conduct a personnel accountability report (PAR). Once all personnel are out of the
structure and accounted for, defensive operations will begin.

243

After firefighter safety has been ensured, the first priority in a defensive operation
is to

B132
protect exposures. Interior hose lines will be withdrawn (or abandoned, if necessary) and repositioned when changing to a defensive mode.

244

The second priority(Defensive Ops) is to

B132
control the main body of fire.

245

What does the Term "Fire Knocked Down" mean?

B132
The completion of bringing the fire under control is reported utilizing a radio
report of “FIRE KNOCKED DOWN”. This means the forward progress of the
fire has been stopped and the remaining fire can be extinguished with the onscene
resources; it does not mean the fire is completely out. It is the responsibility
of Command to transmit this report to dispatch.

246

The Incident Commander shall make the decision to evacuate. The Incident
Commander will announce “EMERGENCY TRAFFIC” and have the dispatch
center sound the radio alert tone, and state, “ALL PERSONNEL EVACUATE
THE BUILDING OR AREA IMMEDIATELY”. This shall be repeated How Many times?

B134
twice

247

When the order to evacuate is given, all available and appropriately equipped
units in the immediate vicinity will sound their air horns intermittently how?

B134
(one second on, one second off) for thirty (30) seconds.

248

Command shall notify the dispatch center when all personnel have been
accounted for. To avoid creating undue anxiety amongst on scene personnel, if
personnel are missing,

B134
no report will be announced over the radio as to personnel
status until the incident commander is prepared to fully address the issue.
Whenever possible, all communications shall be done face-to-face.

249


An advantageous location, usually a barrier to fire spread. The anchor point is used to minimize the chance of being flanked by the fire while attempting to control it. An anchor point is generally located at roadways, a secured and completely extinguished location near the fire origin, at canal or creek beds, etc.

B138
Anchor Point

250

Fire that is moving against the wind or downslope, this behavior tends to have a slow rate of speed.

B138
Backing Fire

251

Fire that is carried from tree to tree or bush to bush above the ground. Crown fires are sometimes classed as running or dependent to distinguish the degree of independence from the surface fire.

B138
Crown Fire

252

Working directly on the burning fireline while mainly operating from the black to extinguish the fire.

B138
Direct Attack

253

Fire conditions during high wind driven fires such as individual torching of trees.

B138
Extreme Fire Behavior

254

Long narrow strips extending out from the main fire. These are a result of a mixture of light and heavy fuels, with the fire advancing more rapidly in the light fuel.

B138
Fingers

255

The general area of a working wildland fire.

B138
Fireline

256

The leading part of the fire that is usually moving with the wind and does the most damage.

B138
Head

257

The area of the fire where it originated.

B138
Heel
All reference for the flanks, head and fingers should be related to the “heel” of the fire.

258

Working from a position distance from the fire and using mechanical methods of extinguishment with hand tools or dozers, possibly with the additional use of back firing techniques to create a fire line to control the boundaries of the fire. This method is not commonly used, but may be seen on fires where Federal or State firefighters are working.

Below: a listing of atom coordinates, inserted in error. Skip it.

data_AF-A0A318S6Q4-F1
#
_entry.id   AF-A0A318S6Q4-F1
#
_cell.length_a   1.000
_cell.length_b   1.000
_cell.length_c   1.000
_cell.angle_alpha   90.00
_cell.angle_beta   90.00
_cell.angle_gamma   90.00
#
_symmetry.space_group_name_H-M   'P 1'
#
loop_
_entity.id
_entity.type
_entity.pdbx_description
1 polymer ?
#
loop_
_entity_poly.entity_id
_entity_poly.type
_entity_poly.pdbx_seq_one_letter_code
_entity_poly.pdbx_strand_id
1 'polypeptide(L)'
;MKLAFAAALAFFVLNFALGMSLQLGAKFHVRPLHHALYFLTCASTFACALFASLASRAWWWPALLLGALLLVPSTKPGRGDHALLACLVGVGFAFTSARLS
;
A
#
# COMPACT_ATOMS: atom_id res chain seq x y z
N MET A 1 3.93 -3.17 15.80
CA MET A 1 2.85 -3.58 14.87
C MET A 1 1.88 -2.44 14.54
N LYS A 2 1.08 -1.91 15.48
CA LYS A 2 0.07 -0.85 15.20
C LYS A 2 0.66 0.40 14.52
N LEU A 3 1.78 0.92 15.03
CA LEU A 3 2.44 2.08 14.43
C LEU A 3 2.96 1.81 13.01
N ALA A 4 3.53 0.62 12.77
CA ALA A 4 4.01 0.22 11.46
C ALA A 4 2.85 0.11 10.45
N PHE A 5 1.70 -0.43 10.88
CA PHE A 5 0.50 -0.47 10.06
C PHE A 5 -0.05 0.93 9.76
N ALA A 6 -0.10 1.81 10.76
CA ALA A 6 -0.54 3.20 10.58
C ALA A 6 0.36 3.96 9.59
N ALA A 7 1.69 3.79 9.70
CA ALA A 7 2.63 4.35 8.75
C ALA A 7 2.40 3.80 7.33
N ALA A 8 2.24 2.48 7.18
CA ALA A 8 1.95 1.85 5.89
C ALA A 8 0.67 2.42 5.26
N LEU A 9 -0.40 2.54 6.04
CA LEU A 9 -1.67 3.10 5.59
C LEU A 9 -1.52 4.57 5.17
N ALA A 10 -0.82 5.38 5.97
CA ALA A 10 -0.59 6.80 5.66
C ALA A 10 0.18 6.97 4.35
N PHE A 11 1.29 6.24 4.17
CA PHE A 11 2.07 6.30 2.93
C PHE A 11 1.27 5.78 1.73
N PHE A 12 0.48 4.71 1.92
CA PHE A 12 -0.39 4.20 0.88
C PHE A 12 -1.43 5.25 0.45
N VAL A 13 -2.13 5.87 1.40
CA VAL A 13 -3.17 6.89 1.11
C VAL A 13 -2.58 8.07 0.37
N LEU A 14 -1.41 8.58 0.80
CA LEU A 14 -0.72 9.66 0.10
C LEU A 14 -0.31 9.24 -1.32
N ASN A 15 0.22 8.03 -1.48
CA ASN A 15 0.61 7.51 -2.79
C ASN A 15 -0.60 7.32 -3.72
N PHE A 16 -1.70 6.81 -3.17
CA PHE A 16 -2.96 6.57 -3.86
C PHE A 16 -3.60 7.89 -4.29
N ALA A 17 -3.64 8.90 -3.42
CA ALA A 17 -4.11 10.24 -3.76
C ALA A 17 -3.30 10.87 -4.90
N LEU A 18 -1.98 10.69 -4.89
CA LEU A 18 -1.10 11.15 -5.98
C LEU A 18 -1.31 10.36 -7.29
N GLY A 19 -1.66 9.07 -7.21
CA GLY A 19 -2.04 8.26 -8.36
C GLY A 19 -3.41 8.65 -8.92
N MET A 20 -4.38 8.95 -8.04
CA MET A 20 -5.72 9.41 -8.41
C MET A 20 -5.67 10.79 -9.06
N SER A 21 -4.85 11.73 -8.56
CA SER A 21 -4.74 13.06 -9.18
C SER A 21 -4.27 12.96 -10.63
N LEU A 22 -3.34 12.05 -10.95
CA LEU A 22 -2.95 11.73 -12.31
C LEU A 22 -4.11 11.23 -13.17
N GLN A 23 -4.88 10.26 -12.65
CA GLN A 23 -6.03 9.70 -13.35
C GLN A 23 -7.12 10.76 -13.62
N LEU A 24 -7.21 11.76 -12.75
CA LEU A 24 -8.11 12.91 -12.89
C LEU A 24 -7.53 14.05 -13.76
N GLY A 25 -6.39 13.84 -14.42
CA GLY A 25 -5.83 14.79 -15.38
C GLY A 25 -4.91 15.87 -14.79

B138
Indirect Attack

259

An area within the main body of fire that has not burned.

B138
Island

260

LCES

B138
An acronym that stands for Lookout, Communication, Escape routes and Safety zones.

261

Somewhat cooler than the right flank and should be contained after the right flank is controlled.

B138
Left Flank

262

Extinguishing or removing burning material near control lines, feeling snags and trenching logs to prevent rolling after an area has burned to make safe or to reduce residual smoke.

Mop-up

263

The outside boundary of the fire. The perimeter is constantly changing throughout the fire.

B138
Perimeter

264

Indentations in the main fire line formed by fingers or slow burning fires.

Pockets

265

Days in which the possibility of a brush fire is increased due to an increase in wind speed, decrease in humidity, and elevated temperatures.

Red Flag Day

266

Generally the hottest flank of the fire. The temperature difference is due to the tendency of the wind to blow in a clock-wise fashion in the Northern Hemisphere.

B138
Right Flank

267

A dead standing tree that can be hazardous, either burning or not.

B138
Snag

268

The effect of burning materials carried by the wind ahead of the main body of fire.

B138
Spot Fire

269

Act of overhauling or mopping up a fire.

Spotting Out

270

A fire that is burning the surface fuels such as leaf litter and grass.

Surface Fire

271

The mix of residential interspersed with wildland fuels that create the situation that requires the use of both wildland firefighting tactics simultaneously with structural firefighting defensive tactics.

B138
Wildland Urban Interface (WUI)

272

A basic strategy of fighting a wildland fire is to

B138
"fight from the black”. This strategy shall be adhered to whenever feasible.

273

Wildland fire specific size-up information includes:

B138
1. Location of the head of the fire.
2. Fuel loading (light, medium, or heavy fuels).
3. Pertinent access points.
4. Known exposures.
5. Request a weather forecast.
6. Request additional resources.

274

Orientation at a wildland fire is accomplished by giving directions in relation to:

B138 G
the origin of the fire using the terms provided above. When communicating with other firefighters the use of these directions will greatly aid Command, lookouts and other responding units.

275